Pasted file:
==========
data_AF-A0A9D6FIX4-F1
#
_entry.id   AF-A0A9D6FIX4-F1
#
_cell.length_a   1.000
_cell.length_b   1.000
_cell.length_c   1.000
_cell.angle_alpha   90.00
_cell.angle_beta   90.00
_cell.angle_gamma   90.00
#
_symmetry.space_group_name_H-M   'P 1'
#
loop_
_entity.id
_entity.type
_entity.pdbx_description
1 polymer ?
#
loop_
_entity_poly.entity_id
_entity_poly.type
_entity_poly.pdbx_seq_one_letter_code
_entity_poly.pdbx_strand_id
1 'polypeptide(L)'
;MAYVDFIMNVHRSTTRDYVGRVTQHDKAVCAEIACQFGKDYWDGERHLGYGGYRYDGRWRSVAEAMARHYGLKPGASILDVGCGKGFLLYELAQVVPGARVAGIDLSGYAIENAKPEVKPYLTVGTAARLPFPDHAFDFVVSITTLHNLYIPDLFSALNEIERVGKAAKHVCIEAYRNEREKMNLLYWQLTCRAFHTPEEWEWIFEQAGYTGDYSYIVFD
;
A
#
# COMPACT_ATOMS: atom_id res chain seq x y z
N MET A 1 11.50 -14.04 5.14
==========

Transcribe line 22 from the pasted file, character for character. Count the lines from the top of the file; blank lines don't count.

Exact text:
_entity_poly.type